What Are Graphic Novels?
According to the Internet Public Library, graphic novels are, simply defined, book-length comics. Sometimes they tell a single, continous narrative from first page to last; sometimes they are collections of shorter stories or individual comic strips. Comics are sequential visual art, usually with text, that are often told in a series of rectangular panels.1 Despite the name, not all comics are funny. Many comics and graphic novels emphasize drama, adventure, character development, striking visuals, politics, or romance over laugh-out-loud comedy.
1 D. Aviva Rothschild, Graphic Novels: A Bibliographic Guide to Book-Length Comics. Englewood: Libraries Unlimited, Inc., 1995, p. xiii.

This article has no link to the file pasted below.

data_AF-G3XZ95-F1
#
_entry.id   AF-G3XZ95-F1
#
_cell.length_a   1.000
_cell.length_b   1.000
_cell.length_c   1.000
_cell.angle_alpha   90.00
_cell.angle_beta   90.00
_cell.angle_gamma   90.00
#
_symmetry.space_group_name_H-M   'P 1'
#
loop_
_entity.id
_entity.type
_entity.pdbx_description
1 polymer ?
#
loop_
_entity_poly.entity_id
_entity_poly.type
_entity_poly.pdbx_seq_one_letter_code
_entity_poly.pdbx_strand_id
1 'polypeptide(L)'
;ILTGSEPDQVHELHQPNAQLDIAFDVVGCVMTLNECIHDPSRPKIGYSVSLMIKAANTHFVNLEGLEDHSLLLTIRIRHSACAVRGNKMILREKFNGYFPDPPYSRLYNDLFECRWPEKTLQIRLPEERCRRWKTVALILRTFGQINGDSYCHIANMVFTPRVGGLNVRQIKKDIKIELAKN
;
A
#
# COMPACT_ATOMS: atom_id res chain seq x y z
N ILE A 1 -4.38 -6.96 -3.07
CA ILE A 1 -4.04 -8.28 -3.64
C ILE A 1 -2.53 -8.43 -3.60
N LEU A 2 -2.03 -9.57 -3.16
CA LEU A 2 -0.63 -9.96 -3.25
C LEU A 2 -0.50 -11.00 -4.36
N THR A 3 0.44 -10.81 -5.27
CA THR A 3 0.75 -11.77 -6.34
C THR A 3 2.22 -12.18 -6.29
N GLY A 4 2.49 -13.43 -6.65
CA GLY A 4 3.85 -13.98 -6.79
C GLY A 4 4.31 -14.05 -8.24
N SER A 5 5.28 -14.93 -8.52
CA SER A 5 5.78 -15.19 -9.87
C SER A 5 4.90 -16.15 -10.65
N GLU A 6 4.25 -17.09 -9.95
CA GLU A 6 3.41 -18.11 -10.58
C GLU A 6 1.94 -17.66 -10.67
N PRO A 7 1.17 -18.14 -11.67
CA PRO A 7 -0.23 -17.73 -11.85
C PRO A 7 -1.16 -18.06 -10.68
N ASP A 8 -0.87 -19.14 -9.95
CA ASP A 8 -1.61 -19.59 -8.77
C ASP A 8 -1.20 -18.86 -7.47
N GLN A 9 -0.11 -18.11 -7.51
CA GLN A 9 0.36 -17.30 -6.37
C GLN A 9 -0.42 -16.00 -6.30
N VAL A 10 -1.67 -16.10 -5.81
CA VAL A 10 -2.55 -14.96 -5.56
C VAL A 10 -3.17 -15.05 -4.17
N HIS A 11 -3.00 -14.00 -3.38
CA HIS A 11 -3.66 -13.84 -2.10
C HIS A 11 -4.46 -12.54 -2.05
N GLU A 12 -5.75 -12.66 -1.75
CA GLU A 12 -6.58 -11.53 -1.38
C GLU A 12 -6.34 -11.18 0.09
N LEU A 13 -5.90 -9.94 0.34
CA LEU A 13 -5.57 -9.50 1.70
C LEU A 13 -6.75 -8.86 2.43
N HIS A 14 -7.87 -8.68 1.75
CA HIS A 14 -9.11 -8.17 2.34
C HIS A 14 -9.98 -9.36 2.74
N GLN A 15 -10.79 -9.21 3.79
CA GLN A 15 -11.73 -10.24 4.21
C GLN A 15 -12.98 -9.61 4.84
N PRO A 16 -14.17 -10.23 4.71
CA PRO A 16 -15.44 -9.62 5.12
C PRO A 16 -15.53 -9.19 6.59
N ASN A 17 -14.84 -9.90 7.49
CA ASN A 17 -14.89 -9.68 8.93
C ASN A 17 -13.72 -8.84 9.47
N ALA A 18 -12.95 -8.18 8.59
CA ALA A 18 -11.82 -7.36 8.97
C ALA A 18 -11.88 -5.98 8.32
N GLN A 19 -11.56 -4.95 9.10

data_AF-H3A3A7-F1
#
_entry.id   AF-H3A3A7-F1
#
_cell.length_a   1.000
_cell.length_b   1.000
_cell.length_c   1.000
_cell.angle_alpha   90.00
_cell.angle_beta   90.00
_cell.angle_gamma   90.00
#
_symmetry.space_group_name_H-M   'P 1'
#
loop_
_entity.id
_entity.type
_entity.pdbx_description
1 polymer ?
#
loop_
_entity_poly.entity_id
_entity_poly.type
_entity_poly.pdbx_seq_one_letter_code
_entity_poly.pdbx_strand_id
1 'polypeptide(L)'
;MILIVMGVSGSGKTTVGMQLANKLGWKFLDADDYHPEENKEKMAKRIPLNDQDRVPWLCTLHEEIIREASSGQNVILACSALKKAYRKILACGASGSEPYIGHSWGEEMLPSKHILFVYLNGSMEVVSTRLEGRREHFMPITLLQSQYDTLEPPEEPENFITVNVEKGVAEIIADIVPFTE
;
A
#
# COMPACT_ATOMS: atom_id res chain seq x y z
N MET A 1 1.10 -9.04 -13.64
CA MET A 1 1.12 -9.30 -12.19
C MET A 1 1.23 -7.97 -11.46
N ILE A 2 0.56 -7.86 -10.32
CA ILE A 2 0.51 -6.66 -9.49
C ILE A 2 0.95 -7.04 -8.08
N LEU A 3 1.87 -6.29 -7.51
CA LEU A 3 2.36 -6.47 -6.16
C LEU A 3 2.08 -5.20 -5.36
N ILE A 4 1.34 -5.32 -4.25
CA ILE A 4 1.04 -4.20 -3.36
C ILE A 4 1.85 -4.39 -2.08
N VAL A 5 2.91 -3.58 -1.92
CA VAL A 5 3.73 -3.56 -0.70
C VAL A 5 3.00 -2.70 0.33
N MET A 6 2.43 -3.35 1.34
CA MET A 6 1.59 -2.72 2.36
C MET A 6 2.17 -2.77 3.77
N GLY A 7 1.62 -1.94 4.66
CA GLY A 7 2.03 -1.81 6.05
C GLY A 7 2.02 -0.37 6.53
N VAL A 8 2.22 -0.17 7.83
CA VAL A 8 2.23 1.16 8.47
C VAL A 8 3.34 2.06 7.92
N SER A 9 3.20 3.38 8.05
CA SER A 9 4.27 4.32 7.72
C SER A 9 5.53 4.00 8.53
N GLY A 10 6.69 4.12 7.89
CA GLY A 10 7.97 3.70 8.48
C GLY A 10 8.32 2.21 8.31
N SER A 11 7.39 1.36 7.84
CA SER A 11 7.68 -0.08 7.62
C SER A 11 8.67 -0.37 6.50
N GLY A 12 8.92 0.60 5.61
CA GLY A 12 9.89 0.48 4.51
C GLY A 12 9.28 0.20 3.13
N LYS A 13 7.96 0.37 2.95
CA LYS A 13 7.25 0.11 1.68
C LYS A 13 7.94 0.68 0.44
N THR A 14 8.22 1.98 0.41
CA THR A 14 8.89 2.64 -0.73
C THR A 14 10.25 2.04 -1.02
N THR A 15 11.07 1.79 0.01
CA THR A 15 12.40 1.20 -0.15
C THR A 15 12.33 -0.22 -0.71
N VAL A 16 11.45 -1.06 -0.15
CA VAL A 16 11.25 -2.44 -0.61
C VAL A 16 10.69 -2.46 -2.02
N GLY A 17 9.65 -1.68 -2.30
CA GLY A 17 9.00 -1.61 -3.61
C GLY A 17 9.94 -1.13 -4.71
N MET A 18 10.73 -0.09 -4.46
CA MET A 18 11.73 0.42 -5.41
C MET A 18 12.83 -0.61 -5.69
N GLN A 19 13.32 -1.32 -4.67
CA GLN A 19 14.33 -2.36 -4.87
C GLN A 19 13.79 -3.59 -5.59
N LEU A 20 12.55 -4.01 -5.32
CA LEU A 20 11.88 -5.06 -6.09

Graphic Novels Explained
People of the Graphic Novel
"People of the Graphic Novel," a playful introduction to the history of an art form: from the first "funny pages" to seminal artists including Will Eisner and Art Spiegelman.
What is a Graphic Novel?
This is a comic strip by Jessica Abel from her and Matt Maden's website Drawing Words & Writing Pictures.
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